You Can Always Look It Up, Or Can You?

Hirsch's essay highlights a number of fundamental conflicts in the field of education, among them the issue of "breadth versus depth" and progressivism versus "rote learning." Read his piece and tell us your thoughts on the issues raised.

And with that, I leave you with the immortal words of Dudley Field Malone who once said, "I have never in my life learned anything from any man who agreed with me." In other words, be sure to vigorously engage your colleagues in spirited and healthy debate...

Tuesday, October 13, 2009

Lies My Teacher Told Me

So a couple of you have read Lies My Teacher Told Me by James Loewen. The rest of you are in for an interesting read. Check out Loewen's introduction and then draft your response.

While you should continue to evaluate the ideas of your classmates, remember my plea for you to evaluate your own thinking as well. That is, don't accept your first--over even your second or third--thoughts as fact. This practice of dogged self-reflection is what will lead to to real insight on the issues raised. Dig deep. Be willing to get dirty. The real insight's well beneath the surface...

Monday, October 12, 2009

Unconscious Bias?

I came across this article last year in Phi Delta Kappan, an educational journal that I get monthly. The article discusses the notion that many of us--even the well intentioned--have unconscious biases. Check it out:

It's a worthwhile read, if only to spark self-reflection. After you read it, be sure to let me know if you'd like to discuss it either in class or online. I originally chose not to assign it as an "official" blog response article because of the sensitive nature of the subject matter; I wasn't sure that I should ask you to discuss this in a semi-public forum (online). While we've established quite a safe community in class and I applaud your willingness to discuss ideas candidly, I just wasn't certain that it would be a good idea to give anyone the opportunity to read such personal thoughts on these loaded issues "out of context." Let me know what you think...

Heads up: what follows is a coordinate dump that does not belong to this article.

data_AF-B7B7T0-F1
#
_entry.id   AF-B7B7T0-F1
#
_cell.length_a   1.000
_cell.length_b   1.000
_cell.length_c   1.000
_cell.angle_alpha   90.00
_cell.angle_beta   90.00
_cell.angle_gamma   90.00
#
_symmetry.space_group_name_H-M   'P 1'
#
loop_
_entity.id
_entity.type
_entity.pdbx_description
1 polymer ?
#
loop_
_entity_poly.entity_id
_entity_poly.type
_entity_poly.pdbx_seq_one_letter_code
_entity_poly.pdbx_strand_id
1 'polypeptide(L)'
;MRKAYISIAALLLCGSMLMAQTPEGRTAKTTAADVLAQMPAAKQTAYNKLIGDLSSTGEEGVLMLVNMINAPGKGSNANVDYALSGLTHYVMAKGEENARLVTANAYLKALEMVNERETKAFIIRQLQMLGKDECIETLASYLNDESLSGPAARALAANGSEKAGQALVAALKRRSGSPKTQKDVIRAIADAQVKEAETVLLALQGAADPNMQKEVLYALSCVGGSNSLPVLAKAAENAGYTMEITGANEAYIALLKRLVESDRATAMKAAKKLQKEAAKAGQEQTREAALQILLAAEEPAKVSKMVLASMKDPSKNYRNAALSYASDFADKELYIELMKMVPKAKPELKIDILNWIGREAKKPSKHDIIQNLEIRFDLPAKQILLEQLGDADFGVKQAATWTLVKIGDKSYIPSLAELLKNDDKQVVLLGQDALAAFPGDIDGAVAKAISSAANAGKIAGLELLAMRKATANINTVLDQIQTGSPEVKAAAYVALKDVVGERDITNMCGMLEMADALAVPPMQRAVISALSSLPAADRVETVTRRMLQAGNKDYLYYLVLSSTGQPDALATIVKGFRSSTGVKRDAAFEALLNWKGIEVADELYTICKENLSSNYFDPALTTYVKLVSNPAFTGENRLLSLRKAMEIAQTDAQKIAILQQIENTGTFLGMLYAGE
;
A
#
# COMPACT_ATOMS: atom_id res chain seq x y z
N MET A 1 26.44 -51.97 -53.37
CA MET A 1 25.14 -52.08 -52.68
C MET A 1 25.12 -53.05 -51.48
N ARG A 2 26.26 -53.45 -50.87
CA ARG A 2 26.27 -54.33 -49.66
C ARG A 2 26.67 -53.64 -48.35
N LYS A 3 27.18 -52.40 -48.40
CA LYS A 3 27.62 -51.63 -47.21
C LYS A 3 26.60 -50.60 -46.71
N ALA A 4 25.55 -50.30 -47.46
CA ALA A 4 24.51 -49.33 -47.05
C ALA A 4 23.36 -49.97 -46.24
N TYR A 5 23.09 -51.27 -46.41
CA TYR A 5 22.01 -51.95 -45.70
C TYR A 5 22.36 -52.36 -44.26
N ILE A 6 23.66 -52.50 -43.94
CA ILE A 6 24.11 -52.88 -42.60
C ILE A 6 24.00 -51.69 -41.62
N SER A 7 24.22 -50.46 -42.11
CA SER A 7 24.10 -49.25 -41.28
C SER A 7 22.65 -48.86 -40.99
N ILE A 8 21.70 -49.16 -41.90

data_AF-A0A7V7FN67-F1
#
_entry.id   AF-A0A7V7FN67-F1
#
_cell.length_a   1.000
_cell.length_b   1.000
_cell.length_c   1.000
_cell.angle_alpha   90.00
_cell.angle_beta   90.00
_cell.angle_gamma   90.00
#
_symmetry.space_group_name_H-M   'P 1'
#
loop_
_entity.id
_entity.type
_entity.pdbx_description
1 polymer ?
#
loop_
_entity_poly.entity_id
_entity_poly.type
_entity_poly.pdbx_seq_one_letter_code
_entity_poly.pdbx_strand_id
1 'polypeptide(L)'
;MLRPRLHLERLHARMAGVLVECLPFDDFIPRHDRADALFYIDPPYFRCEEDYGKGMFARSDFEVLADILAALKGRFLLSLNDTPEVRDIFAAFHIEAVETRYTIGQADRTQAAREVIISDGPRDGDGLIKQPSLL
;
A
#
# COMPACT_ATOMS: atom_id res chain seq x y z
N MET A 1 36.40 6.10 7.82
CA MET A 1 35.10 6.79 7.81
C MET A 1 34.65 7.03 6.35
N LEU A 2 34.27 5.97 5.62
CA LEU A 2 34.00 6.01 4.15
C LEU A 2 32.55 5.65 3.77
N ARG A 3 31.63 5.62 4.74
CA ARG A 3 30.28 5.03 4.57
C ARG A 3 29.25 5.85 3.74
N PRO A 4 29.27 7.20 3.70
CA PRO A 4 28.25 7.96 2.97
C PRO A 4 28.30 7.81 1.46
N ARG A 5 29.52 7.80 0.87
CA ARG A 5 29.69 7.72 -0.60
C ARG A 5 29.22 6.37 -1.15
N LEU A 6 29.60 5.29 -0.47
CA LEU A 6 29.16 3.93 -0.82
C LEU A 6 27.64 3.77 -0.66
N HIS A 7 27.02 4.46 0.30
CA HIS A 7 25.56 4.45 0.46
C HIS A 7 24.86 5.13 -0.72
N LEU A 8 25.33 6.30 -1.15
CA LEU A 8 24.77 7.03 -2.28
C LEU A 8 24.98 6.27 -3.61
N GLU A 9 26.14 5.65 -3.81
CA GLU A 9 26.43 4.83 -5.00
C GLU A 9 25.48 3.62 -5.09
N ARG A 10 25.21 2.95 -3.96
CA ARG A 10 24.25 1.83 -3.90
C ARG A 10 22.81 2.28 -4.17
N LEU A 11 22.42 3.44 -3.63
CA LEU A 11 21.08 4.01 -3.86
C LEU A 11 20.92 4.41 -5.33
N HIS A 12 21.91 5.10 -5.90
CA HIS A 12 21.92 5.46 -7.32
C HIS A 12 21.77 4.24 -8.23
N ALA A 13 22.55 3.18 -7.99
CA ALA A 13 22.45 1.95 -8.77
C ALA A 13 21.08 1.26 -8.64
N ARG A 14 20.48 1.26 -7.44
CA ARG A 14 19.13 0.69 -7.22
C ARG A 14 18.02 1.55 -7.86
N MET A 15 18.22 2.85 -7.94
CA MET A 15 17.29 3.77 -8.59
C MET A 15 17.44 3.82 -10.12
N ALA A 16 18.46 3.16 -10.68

Tuesday, October 6, 2009

"Hidden Intellectualism" by Gerald Graff--The Unpost

This is the unpost. That's right, the unpost. After an admittedly limited amount of deliberation with my inner selves, I've decided that I will resist the temptation to write something brilliant and insightful designed to inspire you reflect upon the Graff reading. That would only push you to read the Graff piece through my lens. And if you know anything about me yet, then you know enough to know that this is not what I'm about. So, friends, have at it. After you've read the piece and reflected upon it carefully, go ahead and let us know what you found to be most insightful and most questionable. Review my $.02 on how to write an amazing brief and share your thoughts here in approximately 500 words. Also, you should know that you're encouraged to directly engage each others' positions in your written pieces (cite your classmates). So, be sure to read each others' pieces as well. If you feel compelled to sign back on after you've already posted to respond to one of your classmate's ideas, I won't be mad at ya ;-) Have fun...